20 October 2012

The Sad Life of Edgar Allen Poe

From childhood's hour I have not been
As others were — I have not seen
As others saw — I could not bring
My passions from a common spring —
From the same source I have not taken
My sorrow — I could not awaken
My heart to joy at the same tone —
And all I lov'd — I lov'd alone —

-from Alone by Edgar Allen Poe

Many of us know Edgar Allen Poe as the writer of such works as The Raven, The Murders in the Rue Morgue, and The Masque of the Red Death. But not many people realize that his darkest story was his own.

Edgar Poe was born on 19 January 1809 in Boston. His parents were traveling actors, and he was the second child three children. When he was 3 years old, both his parents died suddenly, and he was taken to live with a wealthy tobacco merchant in Richmond, Virginia named John Allen, who raised Edgar to be a businessman. but Edgar wished to be a writer, like his hero, British poet Lord Byron. By the age of 13, Edgar had written enough poetry to compile into a book, but his headmaster advised Mr. Allen to not let him do it.

In 1826, Edgar attended the University of Virginia, but was already in debt. Mr. Allen only gave him about a third of the money he needed to cover the cost of his schooling, so he took up gambling to pay off some of his debt. By the end of the first year, he was so poor he had to burn furniture for warmth. In his anger at Mr. Allen for not providing enough funds to get him through school, he returned to the home of his fiancee, only to find she was engaged to someone else. He spent the next few months in the Allen home, until one day the two of them fought so much that Edgar just walked out, and decided to pursue becoming a great poet. He set out looking for adventure.

By the age of 18, he had accomplished the first goal by publishing Tamerlane. To accomplish the second goal, he decided to enlist in the United States Navy. But before he could, he got word that Mrs. Allen, the only mother he ever knew, was sick, so he made his way to go see her. By the time he made it back, she was already dead and buried. Edgar was heartbroken, but in their grief, Poe and Allen made up and Allen helped him get into West Point. Before he entered West Point, he published a second book of poems.

The feud between Edgar and Mr. Allen came back when Edgar got word that he had remarried without telling him first. He wrote to Allen letting him know how deeply offended he was, and said he would get himself thrown out of West Point, which he did. But he went on to publish a third book. Broke and alone, Edgar went to Baltimore to find some of his father's family. While there, he was robbed by his cousin. His Aunt Maria Clemm became a new mother figure to him. Her daughter (his cousin), Virginia, soon became a love interest of his.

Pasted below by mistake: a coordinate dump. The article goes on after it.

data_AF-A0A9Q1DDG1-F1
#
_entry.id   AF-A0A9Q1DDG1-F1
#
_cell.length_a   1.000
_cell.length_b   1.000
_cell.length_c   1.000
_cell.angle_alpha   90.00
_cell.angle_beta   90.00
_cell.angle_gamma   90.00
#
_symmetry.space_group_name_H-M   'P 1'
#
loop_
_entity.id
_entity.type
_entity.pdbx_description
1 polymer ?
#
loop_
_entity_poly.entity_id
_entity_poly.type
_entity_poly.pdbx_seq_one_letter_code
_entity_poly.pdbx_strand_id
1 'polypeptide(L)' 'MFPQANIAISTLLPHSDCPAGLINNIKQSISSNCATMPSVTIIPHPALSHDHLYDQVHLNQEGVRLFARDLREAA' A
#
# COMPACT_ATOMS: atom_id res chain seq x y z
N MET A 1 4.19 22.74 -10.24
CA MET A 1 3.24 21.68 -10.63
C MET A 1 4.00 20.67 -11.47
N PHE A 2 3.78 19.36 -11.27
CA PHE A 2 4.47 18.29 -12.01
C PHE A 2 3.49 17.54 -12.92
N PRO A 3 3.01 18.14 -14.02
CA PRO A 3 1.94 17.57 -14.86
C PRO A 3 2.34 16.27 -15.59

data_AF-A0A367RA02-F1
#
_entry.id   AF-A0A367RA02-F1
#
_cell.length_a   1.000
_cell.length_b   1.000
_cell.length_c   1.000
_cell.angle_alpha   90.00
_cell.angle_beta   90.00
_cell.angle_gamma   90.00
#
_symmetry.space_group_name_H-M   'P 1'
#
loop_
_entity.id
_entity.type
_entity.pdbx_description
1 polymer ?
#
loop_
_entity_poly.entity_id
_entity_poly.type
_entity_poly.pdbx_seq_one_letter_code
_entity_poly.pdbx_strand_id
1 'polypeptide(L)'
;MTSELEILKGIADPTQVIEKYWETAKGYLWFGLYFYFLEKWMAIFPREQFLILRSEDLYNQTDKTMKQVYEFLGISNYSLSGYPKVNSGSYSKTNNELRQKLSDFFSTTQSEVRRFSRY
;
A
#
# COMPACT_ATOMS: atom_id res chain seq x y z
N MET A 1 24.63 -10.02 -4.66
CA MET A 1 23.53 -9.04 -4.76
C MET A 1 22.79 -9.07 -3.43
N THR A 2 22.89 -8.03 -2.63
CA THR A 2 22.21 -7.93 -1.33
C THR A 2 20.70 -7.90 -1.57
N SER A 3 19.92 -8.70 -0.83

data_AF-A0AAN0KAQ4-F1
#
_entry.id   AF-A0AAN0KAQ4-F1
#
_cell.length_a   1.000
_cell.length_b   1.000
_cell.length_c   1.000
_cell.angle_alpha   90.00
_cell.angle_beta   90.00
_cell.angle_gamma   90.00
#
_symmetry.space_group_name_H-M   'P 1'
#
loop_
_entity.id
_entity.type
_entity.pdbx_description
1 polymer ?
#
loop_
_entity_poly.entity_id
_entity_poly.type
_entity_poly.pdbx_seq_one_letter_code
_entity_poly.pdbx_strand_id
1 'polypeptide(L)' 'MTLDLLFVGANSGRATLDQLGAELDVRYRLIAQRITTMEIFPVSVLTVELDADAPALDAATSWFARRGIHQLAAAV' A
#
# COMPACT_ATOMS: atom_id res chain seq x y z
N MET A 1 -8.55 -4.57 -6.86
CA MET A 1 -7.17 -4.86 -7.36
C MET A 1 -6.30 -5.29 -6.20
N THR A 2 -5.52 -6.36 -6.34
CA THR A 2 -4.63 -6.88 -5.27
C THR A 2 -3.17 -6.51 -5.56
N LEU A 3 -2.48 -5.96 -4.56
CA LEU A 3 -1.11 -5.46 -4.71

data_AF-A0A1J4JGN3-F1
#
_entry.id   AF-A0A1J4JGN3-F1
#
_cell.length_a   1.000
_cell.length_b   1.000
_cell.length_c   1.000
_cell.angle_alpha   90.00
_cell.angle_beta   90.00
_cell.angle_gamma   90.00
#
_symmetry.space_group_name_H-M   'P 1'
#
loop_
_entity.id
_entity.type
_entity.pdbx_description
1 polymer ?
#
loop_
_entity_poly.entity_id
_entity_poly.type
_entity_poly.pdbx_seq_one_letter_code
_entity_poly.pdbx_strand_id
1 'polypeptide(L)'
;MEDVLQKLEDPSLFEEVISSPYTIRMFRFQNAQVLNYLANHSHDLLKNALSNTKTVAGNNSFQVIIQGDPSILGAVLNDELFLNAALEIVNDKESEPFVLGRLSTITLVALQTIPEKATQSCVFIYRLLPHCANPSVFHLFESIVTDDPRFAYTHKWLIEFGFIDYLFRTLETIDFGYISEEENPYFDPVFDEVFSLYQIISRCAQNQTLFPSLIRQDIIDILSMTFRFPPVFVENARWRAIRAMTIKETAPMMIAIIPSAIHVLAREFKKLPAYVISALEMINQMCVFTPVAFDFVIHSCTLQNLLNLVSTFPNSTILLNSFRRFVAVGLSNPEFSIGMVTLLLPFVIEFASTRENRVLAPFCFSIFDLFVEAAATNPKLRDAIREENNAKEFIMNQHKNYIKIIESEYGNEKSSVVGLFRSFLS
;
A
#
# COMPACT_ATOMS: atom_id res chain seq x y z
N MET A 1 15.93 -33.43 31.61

While Edgar was in Baltimore, Mr. Allen passed away. He left Edgar out of his will, yet included an illegitimate child he'd never seen. By this time, Edgar was in poverty, but was also selling his short stories, and even won a contest by a local magazine. Because of that, he was able to get contacts on the inside that would later help him write more stories and poems. He soon landed a job at a magazine, The Messenger. Within a year, he had made that magazine one of the most popular in the South because of his stories and also for his book reviews. He was quickly getting a reputation for being ruthless in his reviewing, not only insulting the books but also insulting the author's themselves.

At the age of 27, Edgar married Virginia, his cousin, who wasn't even 14 yet. It was well-known that they were a happy family who loved to sing at night. Soon, Edgar became unhappy with his low pay and lack of editorial control at The Messenger, so he moved to New York. There, he had problems finding magazine work due to the Panic of 1837. As he was unable to find work, he published The Narrative of Arthur Gordon Pym, his only completed novel. A year later, he moved to Philadelphia, where he worked for several different magazines of a long period of time.

Always in search of better opportunities, Poe moved to New York again in 1844 and introduced himself to the city by perpetrating a hoax. His “news story” of a balloon trip across the ocean caused a sensation, and the public rushed to read everything about it—until Poe revealed that he had fooled them all. In January of 1845, he published The Raven,which made him famous enough to draw large crowds when he did lectures or other events. He published two books that year, and briefly lived his dream of running his own magazine.

However, that failed to work out. His wife’s health was deteriorating,, and rumors spread about him having a relationship with a married woman, drove him out of the city. At this time he moved to a tiny cottage in the country. It was there, in the winter of 1847 that Virginia died at the age of 24, after only 10 years of marriage. Edgar was devastated, and was unable to write for months. His critics assumed he would soon be dead. They were right. Poe only lived another two years and spent much of that time traveling from one city to the next giving lectures and finding backers for his latest proposed magazine project.

Edgar Allen Poe died on 7 October 1849. The cause of his death remains unknown. Even though he is arguably the most famous poet who ever lived, he died penniless, homeless, and depressed.

Edgar Allen Poe


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